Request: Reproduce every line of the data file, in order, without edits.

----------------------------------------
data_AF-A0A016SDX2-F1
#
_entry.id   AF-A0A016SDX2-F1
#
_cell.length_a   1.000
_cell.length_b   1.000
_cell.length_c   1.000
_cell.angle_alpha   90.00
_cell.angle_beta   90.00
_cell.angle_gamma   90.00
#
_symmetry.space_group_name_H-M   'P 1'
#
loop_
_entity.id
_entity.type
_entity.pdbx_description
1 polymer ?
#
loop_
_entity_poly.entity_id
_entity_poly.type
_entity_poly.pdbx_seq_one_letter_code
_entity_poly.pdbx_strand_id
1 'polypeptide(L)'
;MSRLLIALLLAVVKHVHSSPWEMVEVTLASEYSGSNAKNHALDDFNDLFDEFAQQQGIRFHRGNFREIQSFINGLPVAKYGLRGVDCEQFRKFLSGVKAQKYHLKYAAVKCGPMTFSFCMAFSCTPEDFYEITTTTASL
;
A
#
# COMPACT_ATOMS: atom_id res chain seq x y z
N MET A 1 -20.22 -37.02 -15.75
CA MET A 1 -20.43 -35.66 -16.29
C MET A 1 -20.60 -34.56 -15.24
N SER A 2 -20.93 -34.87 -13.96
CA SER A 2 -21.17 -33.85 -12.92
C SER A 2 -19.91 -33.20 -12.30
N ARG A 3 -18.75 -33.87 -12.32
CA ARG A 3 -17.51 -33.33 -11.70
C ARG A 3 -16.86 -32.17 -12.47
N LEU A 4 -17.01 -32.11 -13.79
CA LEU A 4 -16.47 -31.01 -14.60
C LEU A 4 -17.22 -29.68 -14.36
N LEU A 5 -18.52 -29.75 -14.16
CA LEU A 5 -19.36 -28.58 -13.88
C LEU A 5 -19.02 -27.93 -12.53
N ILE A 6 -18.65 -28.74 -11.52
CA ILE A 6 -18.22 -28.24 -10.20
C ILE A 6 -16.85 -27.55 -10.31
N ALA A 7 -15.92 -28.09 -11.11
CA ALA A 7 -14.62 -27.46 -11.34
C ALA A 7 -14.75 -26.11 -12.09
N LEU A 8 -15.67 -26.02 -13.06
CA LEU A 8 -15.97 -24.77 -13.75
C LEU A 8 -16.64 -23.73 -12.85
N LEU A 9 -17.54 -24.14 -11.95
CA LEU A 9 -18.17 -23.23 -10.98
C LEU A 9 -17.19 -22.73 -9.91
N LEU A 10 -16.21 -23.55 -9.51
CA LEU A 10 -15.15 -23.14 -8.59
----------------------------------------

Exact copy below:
data_AF-A0A016SDX2-F1
#
_entry.id   AF-A0A016SDX2-F1
#
_cell.length_a   1.000
_cell.length_b   1.000
_cell.length_c   1.000
_cell.angle_alpha   90.00
_cell.angle_beta   90.00
_cell.angle_gamma   90.00
#
_symmetry.space_group_name_H-M   'P 1'
#
loop_
_entity.id
_entity.type
_entity.pdbx_description
1 polymer ?
#
loop_
_entity_poly.entity_id
_entity_poly.type
_entity_poly.pdbx_seq_one_letter_code
_entity_poly.pdbx_strand_id
1 'polypeptide(L)'
;MSRLLIALLLAVVKHVHSSPWEMVEVTLASEYSGSNAKNHALDDFNDLFDEFAQQQGIRFHRGNFREIQSFINGLPVAKYGLRGVDCEQFRKFLSGVKAQKYHLKYAAVKCGPMTFSFCMAFSCTPEDFYEITTTTASL
;
A
#
# COMPACT_ATOMS: atom_id res chain seq x y z
N MET A 1 -20.22 -37.02 -15.75
CA MET A 1 -20.43 -35.66 -16.29
C MET A 1 -20.60 -34.56 -15.24
N SER A 2 -20.93 -34.87 -13.96
CA SER A 2 -21.17 -33.85 -12.92
C SER A 2 -19.91 -33.20 -12.30
N ARG A 3 -18.75 -33.87 -12.32
CA ARG A 3 -17.51 -33.33 -11.70
C ARG A 3 -16.86 -32.17 -12.47
N LEU A 4 -17.01 -32.11 -13.79
CA LEU A 4 -16.47 -31.01 -14.60
C LEU A 4 -17.22 -29.68 -14.36
N LEU A 5 -18.52 -29.75 -14.16
CA LEU A 5 -19.36 -28.58 -13.88
C LEU A 5 -19.02 -27.93 -12.53
N ILE A 6 -18.65 -28.74 -11.52
CA ILE A 6 -18.22 -28.24 -10.20
C ILE A 6 -16.85 -27.55 -10.31
N ALA A 7 -15.92 -28.09 -11.11
CA ALA A 7 -14.62 -27.46 -11.34
C ALA A 7 -14.75 -26.11 -12.09
N LEU A 8 -15.67 -26.02 -13.06
CA LEU A 8 -15.97 -24.77 -13.75
C LEU A 8 -16.64 -23.73 -12.85
N LEU A 9 -17.54 -24.14 -11.95
CA LEU A 9 -18.17 -23.23 -10.98
C LEU A 9 -17.19 -22.73 -9.91
N LEU A 10 -16.21 -23.55 -9.51
CA LEU A 10 -15.15 -23.14 -8.59